It’s that time of year again. With a champagne glass or a decadent dessert by your side, you declare your New Year’s resolution. Lofty and potentially life changing, you are inspired to turn a new leaf this year. However, if you are like 75% of us, your resolution is broken quickly, which leaves you feeling despondent and in an even worse place than you started.
This is dismaying and it begs the question, “Should we even make resolutions?” Despite the high fail rate, I think they can be both life changing and helpful. I think we just aren’t very good at making realistic goals. In fact, I’ve found it extremely helpful to spend a few hours every couple of months looking at my life and reorganizing, rethinking, and preplanning, when needed. So often we simply go through life getting done what we have too, but not doing what we really want too. When you take a step back to evaluate, it can give you perspective.
I’ve found planning goals (a term I prefer to resolutions) very helpful in helping me rebalance my life and learn new skills. If you are interested in making resolutions that actually stick, here are a few tips that I’ve found very helpful.
Make your goal specific
If your goal is simply, “Try to eat healthier this year”, it’s much too vague and general. How are going to know if you fulfilled your goal? What does “eating healthy” really look like? A much better goal would be to make a specific plan, such as “My goal is to eat a large salad every day” or “My goal is to eat 3-5 servings of fruit and vegetables everyday”.
That’s getting better. But I find those goals even a little to vague and general. I like to make it even more specific, such as “Find 3 new recipes for making a vegetable side that the whole family likes”. It’s certainly not grandiose, but it’s a goal I can look at and say, “I can do that”. It also has a clear finishing line, that is, I know when I’ve accomplished it. That sense of victory once accomplished helps motivate me to make new goals, and accomplish those too.
Make it realistic
A good partner to making specific goals is making realistic goals. Don’t set up yourself for failure by setting your goals impossibly high. Make them doable. Make them something you know you can actually accomplish. It’s nice to make huge, awe-inspiring goals, but it’s not nice to feel like a failure when you don’t reach your goal by even a quarter. Make it realistic, and you have a much higher chance of accomplishing it.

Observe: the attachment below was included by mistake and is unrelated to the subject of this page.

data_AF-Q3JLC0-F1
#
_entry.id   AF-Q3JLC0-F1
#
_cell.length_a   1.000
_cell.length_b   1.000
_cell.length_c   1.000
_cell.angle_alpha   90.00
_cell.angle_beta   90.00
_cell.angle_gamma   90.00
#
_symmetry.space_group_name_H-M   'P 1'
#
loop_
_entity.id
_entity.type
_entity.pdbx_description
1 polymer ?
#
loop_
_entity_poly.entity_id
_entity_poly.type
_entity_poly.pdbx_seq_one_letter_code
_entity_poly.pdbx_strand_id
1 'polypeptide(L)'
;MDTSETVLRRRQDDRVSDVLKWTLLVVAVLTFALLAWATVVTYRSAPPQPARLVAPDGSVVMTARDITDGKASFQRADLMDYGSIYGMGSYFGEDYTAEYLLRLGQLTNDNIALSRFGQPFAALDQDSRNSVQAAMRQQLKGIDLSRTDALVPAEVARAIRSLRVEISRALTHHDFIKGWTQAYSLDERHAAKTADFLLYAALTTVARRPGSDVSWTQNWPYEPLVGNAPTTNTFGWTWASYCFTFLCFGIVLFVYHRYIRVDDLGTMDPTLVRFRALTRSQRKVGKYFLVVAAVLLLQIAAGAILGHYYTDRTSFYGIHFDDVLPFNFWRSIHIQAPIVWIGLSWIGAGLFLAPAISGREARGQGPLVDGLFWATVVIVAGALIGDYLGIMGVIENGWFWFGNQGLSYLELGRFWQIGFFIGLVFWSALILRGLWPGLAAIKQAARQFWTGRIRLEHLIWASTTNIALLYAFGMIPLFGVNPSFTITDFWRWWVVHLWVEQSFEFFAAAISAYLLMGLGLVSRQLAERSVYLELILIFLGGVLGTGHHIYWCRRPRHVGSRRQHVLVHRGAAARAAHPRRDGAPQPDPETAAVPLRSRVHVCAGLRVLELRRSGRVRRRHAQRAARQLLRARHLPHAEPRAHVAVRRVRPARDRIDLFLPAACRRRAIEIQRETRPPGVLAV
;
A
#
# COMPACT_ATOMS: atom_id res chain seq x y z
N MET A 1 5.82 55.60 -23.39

Make each goal step by step
Another thing I have found helpful is making my goals step-by-step. Let me give you example. Let’s say I want to add more vegetables in my diet. Well, my first goal for January might be something along the lines of “Find 3 vegetable side recipes the family likes” and “Make a large dinner salad once a week for the family”. Once I have accomplished those specific, realistic goals for the month of January, I can move on to new goals in February.
Failing isn’t failing
Part of the way you can assure success is actually by not being too hard on yourself. If your goal is to cut back on sugar, and you fudge on the resolution and eat a slice of cake, don’t let it discourage you. Consider is a slight setback, and get back on track. You aren’t going to be perfect and if your resolution demands perfection, you are going to fail. So, whether your goal is cutting something out, or adding something in, don’t let setbacks discourage you from getting back on track. Failing once, isn’t failing your goal. Give yourself grace.
Don’t make a goal for a year
If you set up your goal deadline for a really long time in the future, you aren’t going to feel any urgency to get it done. That’s why I prefer making goals specific for each month. One great example is Crystal's list here
. She has a doable goal for each month. They have clear deadlines in a timely fashion.
It’s more fun and keeps your accountable to partner with someone with similar goals. If you want to exercise more, it’s ideal to have an exercise partner. If you want to eat better, it’s encouraging to have a friend who has the same goal. But even if you don’t have those types of friends in “real life”, even online accountability can be helpful. That’s part of the reason I host a New Year Resolution Carnival
each year. It allows people to share their goals in a public forum. Even simply stating them to someone else can give a sense of accountability and motivation. My husband and I have made goals together, which allows us some accountability as well.
In the end, when I make step-by-step goals that are both realistic and specific, allowing myself to be imperfect but with accountability of some kind, I have found I accomplish much more than I ever would have without New Year Resolutions.
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